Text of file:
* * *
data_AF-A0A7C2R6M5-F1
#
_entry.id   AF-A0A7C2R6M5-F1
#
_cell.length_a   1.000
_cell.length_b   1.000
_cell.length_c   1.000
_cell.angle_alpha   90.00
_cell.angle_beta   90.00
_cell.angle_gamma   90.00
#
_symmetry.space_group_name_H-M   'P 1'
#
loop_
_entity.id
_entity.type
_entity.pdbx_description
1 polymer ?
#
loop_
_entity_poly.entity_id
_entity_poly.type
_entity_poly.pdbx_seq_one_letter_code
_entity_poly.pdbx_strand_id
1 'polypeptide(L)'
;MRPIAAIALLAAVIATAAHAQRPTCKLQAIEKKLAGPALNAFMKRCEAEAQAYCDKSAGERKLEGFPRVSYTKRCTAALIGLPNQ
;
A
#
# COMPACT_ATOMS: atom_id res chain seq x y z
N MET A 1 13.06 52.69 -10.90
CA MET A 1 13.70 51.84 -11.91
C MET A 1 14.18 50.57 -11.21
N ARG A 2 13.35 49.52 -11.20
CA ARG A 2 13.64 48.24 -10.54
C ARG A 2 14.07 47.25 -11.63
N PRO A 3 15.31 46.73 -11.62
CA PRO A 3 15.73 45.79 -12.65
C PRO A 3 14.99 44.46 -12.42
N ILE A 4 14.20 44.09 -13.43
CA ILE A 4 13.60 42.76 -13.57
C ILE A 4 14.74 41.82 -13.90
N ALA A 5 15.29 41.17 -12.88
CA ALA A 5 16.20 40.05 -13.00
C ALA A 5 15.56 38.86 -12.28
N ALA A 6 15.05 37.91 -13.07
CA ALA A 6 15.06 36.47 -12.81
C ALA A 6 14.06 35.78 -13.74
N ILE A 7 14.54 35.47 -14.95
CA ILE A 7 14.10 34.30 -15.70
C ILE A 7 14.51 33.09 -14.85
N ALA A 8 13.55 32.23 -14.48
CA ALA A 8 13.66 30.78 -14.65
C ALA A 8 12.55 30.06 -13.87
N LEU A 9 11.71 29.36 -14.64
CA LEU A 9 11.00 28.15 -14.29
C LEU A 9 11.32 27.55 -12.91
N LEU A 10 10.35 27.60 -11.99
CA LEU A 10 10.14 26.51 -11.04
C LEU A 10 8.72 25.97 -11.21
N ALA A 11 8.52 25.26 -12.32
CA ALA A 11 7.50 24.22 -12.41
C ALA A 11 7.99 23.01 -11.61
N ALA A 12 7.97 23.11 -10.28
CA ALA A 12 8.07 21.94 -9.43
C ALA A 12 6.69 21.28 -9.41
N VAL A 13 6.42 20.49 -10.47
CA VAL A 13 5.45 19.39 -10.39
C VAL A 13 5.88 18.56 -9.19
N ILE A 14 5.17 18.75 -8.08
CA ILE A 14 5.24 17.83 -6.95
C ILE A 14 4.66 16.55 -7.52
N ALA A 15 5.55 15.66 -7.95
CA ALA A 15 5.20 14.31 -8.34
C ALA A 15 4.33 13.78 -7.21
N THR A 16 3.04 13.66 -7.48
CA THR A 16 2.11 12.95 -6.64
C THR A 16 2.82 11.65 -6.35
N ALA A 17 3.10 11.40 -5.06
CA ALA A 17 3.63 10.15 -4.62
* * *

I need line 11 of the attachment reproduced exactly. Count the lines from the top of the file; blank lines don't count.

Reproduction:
#